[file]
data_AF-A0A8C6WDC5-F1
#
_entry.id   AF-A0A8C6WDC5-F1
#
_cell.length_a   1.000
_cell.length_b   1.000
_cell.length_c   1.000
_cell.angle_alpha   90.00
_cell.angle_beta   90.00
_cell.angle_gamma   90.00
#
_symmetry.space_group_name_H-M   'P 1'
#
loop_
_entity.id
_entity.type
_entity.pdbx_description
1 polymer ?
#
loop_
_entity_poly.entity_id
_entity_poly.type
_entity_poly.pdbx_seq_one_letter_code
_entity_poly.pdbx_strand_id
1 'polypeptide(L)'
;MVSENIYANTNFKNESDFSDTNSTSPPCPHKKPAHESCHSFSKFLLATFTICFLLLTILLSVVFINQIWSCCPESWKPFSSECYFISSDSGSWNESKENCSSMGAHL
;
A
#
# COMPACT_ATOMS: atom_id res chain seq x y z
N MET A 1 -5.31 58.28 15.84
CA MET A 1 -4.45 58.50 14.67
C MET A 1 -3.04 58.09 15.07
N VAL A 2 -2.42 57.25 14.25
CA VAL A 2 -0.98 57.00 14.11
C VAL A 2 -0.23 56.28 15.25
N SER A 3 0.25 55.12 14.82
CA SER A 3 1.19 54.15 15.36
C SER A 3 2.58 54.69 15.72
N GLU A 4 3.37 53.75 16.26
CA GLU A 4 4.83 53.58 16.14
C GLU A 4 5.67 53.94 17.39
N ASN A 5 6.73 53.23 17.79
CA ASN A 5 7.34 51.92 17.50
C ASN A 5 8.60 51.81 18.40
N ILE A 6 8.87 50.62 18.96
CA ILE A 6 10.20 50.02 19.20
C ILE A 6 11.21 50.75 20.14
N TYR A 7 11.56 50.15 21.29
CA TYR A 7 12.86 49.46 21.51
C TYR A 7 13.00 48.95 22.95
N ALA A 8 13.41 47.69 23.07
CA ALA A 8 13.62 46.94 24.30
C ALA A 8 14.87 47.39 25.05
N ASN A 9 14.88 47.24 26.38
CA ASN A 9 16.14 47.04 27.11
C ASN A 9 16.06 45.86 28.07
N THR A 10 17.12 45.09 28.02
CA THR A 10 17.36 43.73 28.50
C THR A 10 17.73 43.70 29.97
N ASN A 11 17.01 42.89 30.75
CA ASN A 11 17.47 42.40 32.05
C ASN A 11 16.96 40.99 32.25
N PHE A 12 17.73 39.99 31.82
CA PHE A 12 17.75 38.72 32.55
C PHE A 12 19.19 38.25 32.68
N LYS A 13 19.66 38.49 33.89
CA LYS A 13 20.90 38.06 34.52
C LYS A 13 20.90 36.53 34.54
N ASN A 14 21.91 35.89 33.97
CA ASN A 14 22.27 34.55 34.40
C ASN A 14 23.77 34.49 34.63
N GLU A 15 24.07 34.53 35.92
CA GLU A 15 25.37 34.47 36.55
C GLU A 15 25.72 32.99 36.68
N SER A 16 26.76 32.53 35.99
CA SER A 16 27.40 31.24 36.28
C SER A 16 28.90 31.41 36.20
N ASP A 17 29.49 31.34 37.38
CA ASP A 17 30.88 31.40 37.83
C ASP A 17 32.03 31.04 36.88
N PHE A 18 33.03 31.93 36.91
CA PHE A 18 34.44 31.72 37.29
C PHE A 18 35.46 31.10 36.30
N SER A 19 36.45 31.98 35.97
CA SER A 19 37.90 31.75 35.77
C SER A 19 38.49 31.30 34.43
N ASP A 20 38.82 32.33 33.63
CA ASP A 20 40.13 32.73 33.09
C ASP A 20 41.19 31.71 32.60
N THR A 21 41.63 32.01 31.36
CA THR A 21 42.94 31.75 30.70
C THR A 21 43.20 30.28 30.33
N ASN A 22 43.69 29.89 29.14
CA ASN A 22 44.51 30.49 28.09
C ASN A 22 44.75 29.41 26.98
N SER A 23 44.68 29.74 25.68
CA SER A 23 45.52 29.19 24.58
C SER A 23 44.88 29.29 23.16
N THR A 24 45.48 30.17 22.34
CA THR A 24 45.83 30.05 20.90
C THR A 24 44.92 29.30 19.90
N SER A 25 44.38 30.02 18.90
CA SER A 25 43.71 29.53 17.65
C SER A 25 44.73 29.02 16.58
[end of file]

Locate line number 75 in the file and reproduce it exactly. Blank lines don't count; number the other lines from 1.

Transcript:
C GLU A 15 25.72 32.99 36.68